Rest in Peas: The Unrecognized Death of Speech Recognition

Speech recognition technology reached 80% accuracy in 2001, then leveled off. The human ear has about 98% accuracy. Why haven't computers improved in this area? Robert Fortner looks at several reasons.
Many spoken words sound the same. Saying “recognize speech” makes a sound that can be indistinguishable from “wreck a nice beach.” Other laughers include “wreck an eyes peach” and “recondite speech.” But with a little knowledge of word meaning and grammar, it seems like a computer ought to be able to puzzle it out. Ironically, however, much of the progress in speech recognition came from a conscious rejection of the deeper dimensions of language. As an IBM researcher famously put it: “Every time I fire a linguist my system improves.” But pink-slipping all the linguistics PhDs only gets you 80% accuracy, at best.

We can take comfort in knowing that the human brain is still way ahead of machines. Link -via Metafilter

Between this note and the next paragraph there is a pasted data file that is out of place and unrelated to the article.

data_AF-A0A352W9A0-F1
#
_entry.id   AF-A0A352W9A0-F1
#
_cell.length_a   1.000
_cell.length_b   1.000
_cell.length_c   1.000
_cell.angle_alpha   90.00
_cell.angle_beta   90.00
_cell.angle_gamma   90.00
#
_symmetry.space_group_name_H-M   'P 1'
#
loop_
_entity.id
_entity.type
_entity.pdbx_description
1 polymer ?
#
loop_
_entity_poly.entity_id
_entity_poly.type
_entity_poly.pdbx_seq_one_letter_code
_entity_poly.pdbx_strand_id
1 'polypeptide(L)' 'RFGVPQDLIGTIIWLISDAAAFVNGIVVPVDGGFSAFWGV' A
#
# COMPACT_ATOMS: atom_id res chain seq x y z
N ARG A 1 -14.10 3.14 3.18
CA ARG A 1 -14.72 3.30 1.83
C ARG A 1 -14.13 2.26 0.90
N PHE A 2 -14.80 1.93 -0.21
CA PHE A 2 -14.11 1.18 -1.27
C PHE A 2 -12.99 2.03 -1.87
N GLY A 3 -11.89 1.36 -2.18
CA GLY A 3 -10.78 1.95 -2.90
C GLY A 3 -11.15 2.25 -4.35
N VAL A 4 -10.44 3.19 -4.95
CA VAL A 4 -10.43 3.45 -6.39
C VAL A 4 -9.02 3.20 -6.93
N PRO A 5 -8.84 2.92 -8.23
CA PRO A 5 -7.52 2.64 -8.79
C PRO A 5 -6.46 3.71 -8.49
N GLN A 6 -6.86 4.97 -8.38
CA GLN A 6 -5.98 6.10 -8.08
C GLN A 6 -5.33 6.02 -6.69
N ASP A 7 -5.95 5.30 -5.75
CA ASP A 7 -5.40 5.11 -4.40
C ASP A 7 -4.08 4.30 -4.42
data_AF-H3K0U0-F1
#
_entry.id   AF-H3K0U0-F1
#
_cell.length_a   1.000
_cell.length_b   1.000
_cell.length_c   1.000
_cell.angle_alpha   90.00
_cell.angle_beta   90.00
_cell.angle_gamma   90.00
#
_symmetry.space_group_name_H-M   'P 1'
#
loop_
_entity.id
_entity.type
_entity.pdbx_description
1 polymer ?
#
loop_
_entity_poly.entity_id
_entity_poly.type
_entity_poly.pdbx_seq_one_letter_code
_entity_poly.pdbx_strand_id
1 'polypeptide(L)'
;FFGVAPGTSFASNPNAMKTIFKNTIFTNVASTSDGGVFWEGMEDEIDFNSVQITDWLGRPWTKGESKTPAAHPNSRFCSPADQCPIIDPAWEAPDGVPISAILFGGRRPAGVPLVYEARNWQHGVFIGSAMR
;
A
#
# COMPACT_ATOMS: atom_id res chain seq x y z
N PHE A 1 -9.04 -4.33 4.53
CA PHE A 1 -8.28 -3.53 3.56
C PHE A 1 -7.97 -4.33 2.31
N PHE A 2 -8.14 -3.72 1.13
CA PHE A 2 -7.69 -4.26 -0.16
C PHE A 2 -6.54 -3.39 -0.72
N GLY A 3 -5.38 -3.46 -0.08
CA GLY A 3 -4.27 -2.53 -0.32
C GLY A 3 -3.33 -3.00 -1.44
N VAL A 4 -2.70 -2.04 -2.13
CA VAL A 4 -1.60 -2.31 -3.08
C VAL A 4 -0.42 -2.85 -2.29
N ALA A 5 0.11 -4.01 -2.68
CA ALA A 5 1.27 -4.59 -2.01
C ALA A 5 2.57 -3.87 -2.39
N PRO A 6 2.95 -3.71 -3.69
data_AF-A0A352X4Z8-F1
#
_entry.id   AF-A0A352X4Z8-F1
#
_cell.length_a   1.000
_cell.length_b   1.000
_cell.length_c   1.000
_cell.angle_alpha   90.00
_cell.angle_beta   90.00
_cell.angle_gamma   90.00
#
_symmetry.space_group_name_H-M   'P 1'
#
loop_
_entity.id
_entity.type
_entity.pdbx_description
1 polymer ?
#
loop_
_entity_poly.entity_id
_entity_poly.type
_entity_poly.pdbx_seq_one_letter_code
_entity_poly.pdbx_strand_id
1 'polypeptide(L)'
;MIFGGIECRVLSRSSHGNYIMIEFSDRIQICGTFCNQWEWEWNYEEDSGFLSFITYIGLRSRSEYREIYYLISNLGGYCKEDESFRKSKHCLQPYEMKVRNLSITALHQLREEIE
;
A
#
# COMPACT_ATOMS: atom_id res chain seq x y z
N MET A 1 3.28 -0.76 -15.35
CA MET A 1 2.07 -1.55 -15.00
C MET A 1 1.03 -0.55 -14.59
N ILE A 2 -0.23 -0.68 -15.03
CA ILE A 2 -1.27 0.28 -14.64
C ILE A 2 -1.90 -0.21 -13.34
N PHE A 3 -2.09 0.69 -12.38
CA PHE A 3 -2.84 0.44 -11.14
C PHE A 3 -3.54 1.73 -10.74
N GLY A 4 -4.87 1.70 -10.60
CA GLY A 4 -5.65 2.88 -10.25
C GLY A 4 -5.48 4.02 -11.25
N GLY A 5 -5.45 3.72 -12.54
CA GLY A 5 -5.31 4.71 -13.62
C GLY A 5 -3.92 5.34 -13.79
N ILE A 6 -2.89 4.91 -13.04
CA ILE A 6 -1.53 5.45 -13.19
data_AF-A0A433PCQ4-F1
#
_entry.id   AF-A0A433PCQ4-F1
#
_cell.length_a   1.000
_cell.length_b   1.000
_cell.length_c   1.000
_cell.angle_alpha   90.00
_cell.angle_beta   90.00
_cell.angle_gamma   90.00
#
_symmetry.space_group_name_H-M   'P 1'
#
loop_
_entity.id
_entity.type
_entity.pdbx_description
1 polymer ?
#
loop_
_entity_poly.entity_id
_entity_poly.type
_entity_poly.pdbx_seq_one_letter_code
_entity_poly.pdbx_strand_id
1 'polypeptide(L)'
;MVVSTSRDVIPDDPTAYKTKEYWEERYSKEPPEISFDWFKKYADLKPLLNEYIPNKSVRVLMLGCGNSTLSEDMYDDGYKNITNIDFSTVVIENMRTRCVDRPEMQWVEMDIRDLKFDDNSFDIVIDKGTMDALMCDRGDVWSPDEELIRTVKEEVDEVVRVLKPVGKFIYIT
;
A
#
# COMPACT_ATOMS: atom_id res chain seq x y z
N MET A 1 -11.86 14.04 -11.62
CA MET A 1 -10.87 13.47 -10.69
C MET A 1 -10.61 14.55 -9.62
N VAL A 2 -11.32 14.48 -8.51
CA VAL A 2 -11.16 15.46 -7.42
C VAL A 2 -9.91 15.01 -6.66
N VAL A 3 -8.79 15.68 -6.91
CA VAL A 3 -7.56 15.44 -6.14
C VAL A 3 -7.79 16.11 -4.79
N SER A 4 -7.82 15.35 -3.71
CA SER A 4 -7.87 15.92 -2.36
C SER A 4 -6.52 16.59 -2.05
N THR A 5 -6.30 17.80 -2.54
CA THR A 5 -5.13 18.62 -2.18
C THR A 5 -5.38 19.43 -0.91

(image source: Creative Coffins)

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Speech recognition is actually very far from dead. In fact, it's thriving. Stenographers are people who handle transcripts in court, various legal purchases, provides CART services, and does closed-captioning.

However, stenographers are beginning to become a dying race, as voice-writers (that is, people who "talk" to a computer program in their computer) are on the rise, being much more efficient, faster, and more accurate. It's also an alternative for people who want to do stenography, but have carpal-tunnel or other debilitating diseases.
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That's impressive. I study speech & hearing science, and I'm currently in a class all about acoustic signals (especially in terms of cochlear implants), and that's a pretty tricky thing to do. Very cool.
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Mallory: It has true voice recognition. No pre-preprogramming required, and it will recognize ANY voice. And it's integrated into the OS, so it works with Google searches, map lookups, composing text/email messages... everything.
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On your Droids, do you program your speech into it (for instance: Call Sandra), or does it recognize speech and then create text?

The reason I ask is because if it only has to compare what you say against a voice sample of your own, there will be much less variance to wade through. Otherwise, the speech recognition software will have a much bigger sample to have to sort out.
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